The autumn celebration in late 1621 that has become known as “The First Thanksgiving” was not known as such to the Pilgrims. The Pilgrims did recognize a celebration known as a “Thanksgiving”, which was a solemn ceremony of praise and thanks to God for a congregation’s good fortune. The first such Thanksgiving as the Pilgrims would have called it did not occur until 1623, in response to the good news of the arrival of additional colonists and supplies. That event probably occurred in July and consisted of a full day of prayer and worship and probably very little revelry.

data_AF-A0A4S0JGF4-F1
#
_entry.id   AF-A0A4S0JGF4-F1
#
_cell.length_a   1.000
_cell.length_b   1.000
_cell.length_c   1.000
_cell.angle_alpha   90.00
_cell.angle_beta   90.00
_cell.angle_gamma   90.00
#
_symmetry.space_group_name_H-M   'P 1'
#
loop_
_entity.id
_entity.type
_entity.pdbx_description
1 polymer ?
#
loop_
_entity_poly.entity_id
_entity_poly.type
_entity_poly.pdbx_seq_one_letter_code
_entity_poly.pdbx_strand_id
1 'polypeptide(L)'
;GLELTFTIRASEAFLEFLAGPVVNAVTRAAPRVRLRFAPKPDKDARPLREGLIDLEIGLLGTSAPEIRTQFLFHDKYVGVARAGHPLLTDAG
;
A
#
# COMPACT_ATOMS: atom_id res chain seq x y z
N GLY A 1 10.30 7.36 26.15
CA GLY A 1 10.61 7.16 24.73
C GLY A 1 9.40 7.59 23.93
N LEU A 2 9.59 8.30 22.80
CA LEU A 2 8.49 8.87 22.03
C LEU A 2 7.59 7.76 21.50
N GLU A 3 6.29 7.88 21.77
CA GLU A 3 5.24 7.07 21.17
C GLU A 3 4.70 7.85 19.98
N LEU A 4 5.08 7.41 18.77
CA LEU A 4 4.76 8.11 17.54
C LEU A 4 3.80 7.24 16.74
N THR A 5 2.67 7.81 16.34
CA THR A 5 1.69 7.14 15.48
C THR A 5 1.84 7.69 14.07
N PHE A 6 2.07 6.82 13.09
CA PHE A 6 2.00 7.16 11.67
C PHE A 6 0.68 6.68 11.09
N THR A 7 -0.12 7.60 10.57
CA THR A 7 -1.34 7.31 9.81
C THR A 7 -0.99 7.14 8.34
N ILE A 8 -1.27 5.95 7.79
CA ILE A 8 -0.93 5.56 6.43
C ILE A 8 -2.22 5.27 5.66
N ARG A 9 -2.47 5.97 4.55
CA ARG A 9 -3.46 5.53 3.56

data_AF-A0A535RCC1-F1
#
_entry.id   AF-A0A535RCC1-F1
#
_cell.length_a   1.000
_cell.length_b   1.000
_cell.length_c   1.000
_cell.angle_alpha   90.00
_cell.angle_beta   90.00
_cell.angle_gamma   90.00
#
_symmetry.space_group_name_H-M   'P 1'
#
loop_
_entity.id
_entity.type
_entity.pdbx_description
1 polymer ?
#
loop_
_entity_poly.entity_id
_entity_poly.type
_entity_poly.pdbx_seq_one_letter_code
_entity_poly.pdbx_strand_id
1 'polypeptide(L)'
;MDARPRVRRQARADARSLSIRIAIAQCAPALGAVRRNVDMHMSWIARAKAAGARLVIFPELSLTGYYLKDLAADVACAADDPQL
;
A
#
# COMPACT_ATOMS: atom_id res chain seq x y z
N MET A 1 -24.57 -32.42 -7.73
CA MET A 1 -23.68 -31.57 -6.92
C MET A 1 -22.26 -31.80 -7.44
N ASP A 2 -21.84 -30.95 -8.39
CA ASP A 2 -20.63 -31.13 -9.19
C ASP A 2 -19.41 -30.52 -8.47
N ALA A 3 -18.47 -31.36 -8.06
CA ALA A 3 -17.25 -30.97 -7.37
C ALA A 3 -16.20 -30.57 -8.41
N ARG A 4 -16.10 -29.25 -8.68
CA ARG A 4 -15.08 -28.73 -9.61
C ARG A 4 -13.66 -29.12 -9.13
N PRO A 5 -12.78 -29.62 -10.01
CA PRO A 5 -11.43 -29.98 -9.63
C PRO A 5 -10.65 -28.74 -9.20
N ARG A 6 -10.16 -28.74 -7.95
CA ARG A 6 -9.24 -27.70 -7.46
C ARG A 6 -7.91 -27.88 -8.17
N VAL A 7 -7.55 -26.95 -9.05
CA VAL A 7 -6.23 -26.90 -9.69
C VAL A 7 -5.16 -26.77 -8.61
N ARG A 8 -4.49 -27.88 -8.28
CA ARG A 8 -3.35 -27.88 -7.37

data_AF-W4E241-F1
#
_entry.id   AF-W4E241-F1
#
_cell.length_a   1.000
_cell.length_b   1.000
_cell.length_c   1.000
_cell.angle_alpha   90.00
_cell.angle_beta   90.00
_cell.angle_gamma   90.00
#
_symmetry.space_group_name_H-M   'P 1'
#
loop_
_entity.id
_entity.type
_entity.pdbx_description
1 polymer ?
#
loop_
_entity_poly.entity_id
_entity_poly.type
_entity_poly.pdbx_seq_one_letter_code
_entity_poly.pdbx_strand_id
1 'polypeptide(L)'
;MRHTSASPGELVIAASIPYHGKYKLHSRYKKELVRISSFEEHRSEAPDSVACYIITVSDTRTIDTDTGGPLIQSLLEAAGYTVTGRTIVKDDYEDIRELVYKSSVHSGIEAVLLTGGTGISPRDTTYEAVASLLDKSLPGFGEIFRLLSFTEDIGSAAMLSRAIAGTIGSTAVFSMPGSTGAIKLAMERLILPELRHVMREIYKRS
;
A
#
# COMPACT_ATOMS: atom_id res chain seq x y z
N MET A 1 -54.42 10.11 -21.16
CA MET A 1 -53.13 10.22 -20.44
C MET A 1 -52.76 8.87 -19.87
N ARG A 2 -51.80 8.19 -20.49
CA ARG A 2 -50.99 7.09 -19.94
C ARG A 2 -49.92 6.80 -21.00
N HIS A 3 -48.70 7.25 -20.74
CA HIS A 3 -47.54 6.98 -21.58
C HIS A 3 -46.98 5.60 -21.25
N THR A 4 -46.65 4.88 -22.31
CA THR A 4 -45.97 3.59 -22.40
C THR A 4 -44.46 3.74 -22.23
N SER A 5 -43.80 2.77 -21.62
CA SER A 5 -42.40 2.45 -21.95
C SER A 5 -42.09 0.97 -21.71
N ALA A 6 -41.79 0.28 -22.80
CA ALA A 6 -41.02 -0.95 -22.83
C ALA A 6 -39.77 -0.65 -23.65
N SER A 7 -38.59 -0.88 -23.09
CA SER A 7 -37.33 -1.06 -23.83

The event now commemorated in the United States at the end of November each year is more properly termed a “harvest festival”. The original festival was probably held in early October 1621 and was celebrated by the 53 surviving Pilgrims, along with Massasoit and 90 of his men. Three contemporary accounts of the event survive: Of Plymouth Plantation by William Bradford; Mourt’s Relation probably written by Edward Winslow; and New England’s Memorial penned by Plymouth Colony Secretary – and Bradford’s nephew – Capt. Nathaniel Morton. The celebration lasted three days and featured a feast that included numerous types of waterfowl, wild turkeys and fish procured by the colonists, and five deer brought by the Native Americans.